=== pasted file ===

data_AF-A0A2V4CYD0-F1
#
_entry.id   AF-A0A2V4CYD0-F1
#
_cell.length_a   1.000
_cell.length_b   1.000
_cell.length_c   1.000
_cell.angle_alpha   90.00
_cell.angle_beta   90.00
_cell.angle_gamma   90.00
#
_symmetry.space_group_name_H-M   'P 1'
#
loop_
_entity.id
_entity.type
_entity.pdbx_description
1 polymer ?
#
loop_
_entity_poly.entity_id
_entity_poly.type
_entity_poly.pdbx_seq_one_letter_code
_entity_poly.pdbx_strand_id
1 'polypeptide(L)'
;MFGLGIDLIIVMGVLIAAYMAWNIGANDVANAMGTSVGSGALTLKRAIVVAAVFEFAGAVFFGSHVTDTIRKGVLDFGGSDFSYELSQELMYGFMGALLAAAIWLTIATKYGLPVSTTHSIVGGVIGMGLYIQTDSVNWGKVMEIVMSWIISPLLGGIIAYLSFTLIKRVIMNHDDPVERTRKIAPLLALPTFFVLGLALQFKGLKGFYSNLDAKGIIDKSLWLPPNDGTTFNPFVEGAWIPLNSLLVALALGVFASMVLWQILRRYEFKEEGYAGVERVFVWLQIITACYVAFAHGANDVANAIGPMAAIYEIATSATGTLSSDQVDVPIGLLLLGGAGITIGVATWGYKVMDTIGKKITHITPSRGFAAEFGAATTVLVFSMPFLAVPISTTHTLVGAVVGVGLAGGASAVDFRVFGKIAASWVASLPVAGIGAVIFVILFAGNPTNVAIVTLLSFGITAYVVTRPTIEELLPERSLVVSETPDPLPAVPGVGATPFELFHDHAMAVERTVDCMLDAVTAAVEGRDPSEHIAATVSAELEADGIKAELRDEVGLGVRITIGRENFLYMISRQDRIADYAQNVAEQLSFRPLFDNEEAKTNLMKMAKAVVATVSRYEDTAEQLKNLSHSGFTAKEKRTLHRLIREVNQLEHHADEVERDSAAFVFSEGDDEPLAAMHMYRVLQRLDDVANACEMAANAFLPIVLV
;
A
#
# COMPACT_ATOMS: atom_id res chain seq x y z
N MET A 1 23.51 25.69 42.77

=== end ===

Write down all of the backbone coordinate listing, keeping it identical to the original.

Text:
data_AF-A0A2V4CYD0-F1
#
_entry.id   AF-A0A2V4CYD0-F1
#
_cell.length_a   1.000
_cell.length_b   1.000
_cell.length_c   1.000
_cell.angle_alpha   90.00
_cell.angle_beta   90.00
_cell.angle_gamma   90.00
#
_symmetry.space_group_name_H-M   'P 1'
#
loop_
_entity.id
_entity.type
_entity.pdbx_description
1 polymer ?
#
loop_
_entity_poly.entity_id
_entity_poly.type
_entity_poly.pdbx_seq_one_letter_code
_entity_poly.pdbx_strand_id
1 'polypeptide(L)'
;MFGLGIDLIIVMGVLIAAYMAWNIGANDVANAMGTSVGSGALTLKRAIVVAAVFEFAGAVFFGSHVTDTIRKGVLDFGGSDFSYELSQELMYGFMGALLAAAIWLTIATKYGLPVSTTHSIVGGVIGMGLYIQTDSVNWGKVMEIVMSWIISPLLGGIIAYLSFTLIKRVIMNHDDPVERTRKIAPLLALPTFFVLGLALQFKGLKGFYSNLDAKGIIDKSLWLPPNDGTTFNPFVEGAWIPLNSLLVALALGVFASMVLWQILRRYEFKEEGYAGVERVFVWLQIITACYVAFAHGANDVANAIGPMAAIYEIATSATGTLSSDQVDVPIGLLLLGGAGITIGVATWGYKVMDTIGKKITHITPSRGFAAEFGAATTVLVFSMPFLAVPISTTHTLVGAVVGVGLAGGASAVDFRVFGKIAASWVASLPVAGIGAVIFVILFAGNPTNVAIVTLLSFGITAYVVTRPTIEELLPERSLVVSETPDPLPAVPGVGATPFELFHDHAMAVERTVDCMLDAVTAAVEGRDPSEHIAATVSAELEADGIKAELRDEVGLGVRITIGRENFLYMISRQDRIADYAQNVAEQLSFRPLFDNEEAKTNLMKMAKAVVATVSRYEDTAEQLKNLSHSGFTAKEKRTLHRLIREVNQLEHHADEVERDSAAFVFSEGDDEPLAAMHMYRVLQRLDDVANACEMAANAFLPIVLV
;
A
#
# COMPACT_ATOMS: atom_id res chain seq x y z
N MET A 1 23.51 25.69 42.77